I can remember one time we went to Ghana and it was just before we got paid. A few of the guys, whose names I’m not going to mention, got some ladies of the night. In the morning the ladies didn’t want to leave - they wanted their money. Because the guys didn’t have money, they started looking around for soccer jerseys and boots to give the ladies, ha, ha, ha. They were running around in the hotel and it was really funny. It wasn’t just one guy... there must have been five or six. Japie always used to make me laugh every mor­ning. We were training next to the Pretoria Technikon. Our physiotherapist, Jacqui McCord (now McCord-Uys), used to get physiotherapy students in their final year at the Technikon to give the guys massages. Japie and Edward used to parade around in the change room in front of those young girls. That used to make me laugh! There was a lot of other stuff that used to hap­pen...

Sure, we’re listening.

Utting was a mad guy. There’s one story about him that I always tell my friends. He phoned me one morning and said, “Zane, let’s go out for brunch.” It was at 10h00. We went out – it was me, my wife, my brother and Utting’s sister. The waitress came and asked, “Anything to drink?” Utting said, “Ja! A round of tequila.” When we left at 12h00, we hadn’t eaten anything, ha, ha, and Utting was vomiting. We drank tequila and beers the whole morning. No starters, nothing. That’s the type of guy he was.

What was your most embarrassing mo­ment?

I was playing in the First Division for FC Cape Town. I was on the bench and came on in the last 15 minutes. We were leading 1-0. I was on the field for 30 seconds when I made a bad tackle and the referee sent me off. Silly, silly, silly! At that time I was 33 and, as I was walking off, the fans said, “Zane, you must start hanging up your boots now.” I was like, “What the f**k!” To make mat­ters worse, the game was on TV. I can still remember the Tuesday after that the guys were teasing me because that tackle was shown on a Monday night soccer show. They told me, “You’re like a leopard that can’t change its spots.”

Were there ever fights between team­mates in the heat of the moment?

You had a guy like Batchelor who was aggressive. He was my type of player. He liked to tackle but couldn’t. There were incidents here and there. When you are at a club and you are a senior player, you are always on the backs of the younger guys. We were the old school. Nowadays you don’t get that. Everyone is young. The older guys always wanted respect from the youngsters and there were times we’d tackle them without the ball. I remember Randall was very quick when he started playing for us at Spurs. One time someone passed him the ball, he ran with it and then dribbled Sebba. Sebba turned around and kicked the s**t out of him, ha, ha. He then told Randall, “Don’t try your s**t by me, youngster.” At SuperSport the same thing happened when we were in Ghana. Zach de Beer played for us for a season or two. We were coming through the tunnel just before the game and we noticed the crowd was a bit violent. Batchelor wanted to blow his gas­ket and then Zach told him, “Batch, relax!” Ha, ha, ha, Batch turned around and punched him. I think he broke his nose! He then said, “You don’t speak to me like that, youngster.” That’s the way soccer was back then. The senior guys drilled it into the youngsters that they must have respect and know their place.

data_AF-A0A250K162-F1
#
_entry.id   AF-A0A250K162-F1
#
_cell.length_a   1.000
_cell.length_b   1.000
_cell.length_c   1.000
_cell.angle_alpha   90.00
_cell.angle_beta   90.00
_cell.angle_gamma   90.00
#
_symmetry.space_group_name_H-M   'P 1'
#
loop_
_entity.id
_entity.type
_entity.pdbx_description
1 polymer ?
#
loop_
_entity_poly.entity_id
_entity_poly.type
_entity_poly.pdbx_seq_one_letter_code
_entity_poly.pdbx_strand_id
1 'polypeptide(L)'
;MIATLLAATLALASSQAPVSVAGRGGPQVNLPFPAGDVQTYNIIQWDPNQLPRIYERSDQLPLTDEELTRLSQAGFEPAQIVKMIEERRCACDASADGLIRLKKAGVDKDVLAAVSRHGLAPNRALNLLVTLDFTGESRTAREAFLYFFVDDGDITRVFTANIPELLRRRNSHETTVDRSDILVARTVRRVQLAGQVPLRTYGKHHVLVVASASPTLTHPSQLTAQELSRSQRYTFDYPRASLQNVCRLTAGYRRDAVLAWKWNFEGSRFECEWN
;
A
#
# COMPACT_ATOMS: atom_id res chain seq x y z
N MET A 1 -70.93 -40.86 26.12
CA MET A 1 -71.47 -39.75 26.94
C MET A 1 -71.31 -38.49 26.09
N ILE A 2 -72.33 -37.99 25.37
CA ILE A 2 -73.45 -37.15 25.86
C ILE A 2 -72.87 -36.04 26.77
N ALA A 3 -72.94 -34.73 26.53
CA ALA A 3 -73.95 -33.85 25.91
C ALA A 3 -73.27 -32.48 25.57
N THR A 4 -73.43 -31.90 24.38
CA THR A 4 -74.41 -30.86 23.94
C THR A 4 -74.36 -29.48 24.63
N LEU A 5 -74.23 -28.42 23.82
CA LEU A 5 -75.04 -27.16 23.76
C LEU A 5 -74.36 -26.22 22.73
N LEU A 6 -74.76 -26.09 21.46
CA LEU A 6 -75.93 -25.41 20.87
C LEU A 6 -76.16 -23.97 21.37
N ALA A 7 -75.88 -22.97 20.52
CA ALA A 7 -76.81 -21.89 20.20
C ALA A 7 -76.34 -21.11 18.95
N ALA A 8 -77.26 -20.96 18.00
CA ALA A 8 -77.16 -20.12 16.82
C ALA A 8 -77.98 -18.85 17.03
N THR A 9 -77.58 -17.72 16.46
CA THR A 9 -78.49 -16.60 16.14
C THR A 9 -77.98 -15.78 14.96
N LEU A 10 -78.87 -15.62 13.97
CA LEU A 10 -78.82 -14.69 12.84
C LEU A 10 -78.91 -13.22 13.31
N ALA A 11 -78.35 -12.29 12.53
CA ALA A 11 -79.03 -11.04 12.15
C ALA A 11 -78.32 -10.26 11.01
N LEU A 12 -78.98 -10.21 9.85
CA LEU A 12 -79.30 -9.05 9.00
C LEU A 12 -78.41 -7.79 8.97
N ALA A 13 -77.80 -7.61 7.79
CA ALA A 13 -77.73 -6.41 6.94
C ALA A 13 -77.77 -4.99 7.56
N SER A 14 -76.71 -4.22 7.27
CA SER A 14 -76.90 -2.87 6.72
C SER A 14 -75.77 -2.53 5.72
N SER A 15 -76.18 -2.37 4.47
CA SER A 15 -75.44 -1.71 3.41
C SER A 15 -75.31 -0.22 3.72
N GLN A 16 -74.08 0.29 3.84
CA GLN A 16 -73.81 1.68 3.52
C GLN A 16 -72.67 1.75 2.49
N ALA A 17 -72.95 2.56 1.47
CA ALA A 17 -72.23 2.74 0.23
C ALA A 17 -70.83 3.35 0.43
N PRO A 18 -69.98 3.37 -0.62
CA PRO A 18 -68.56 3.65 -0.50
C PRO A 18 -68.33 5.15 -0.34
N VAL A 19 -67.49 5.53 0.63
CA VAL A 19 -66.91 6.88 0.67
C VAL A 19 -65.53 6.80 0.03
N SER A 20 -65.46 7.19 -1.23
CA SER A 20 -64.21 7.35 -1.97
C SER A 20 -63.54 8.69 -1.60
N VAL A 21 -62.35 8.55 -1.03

Best player I’ve ever faced: Roger Feutmba & Ernest Chirwali

Best player I’ve played with: John Moeti

Biggest pay cheque: SuperSport overpaid me after we won the BobSave Super Bowl, but I can’t mention the amount, ha, ha, ha!

Smallest pay cheque: R500

Former team that used the most muti: None

Favourite current player: None

Current occupation: Working for a hardware store that sells building material.

Former teams: Cape Town Spurs, SuperSport United, Avendale Athletico, Vasco da Gama, FC Cape Town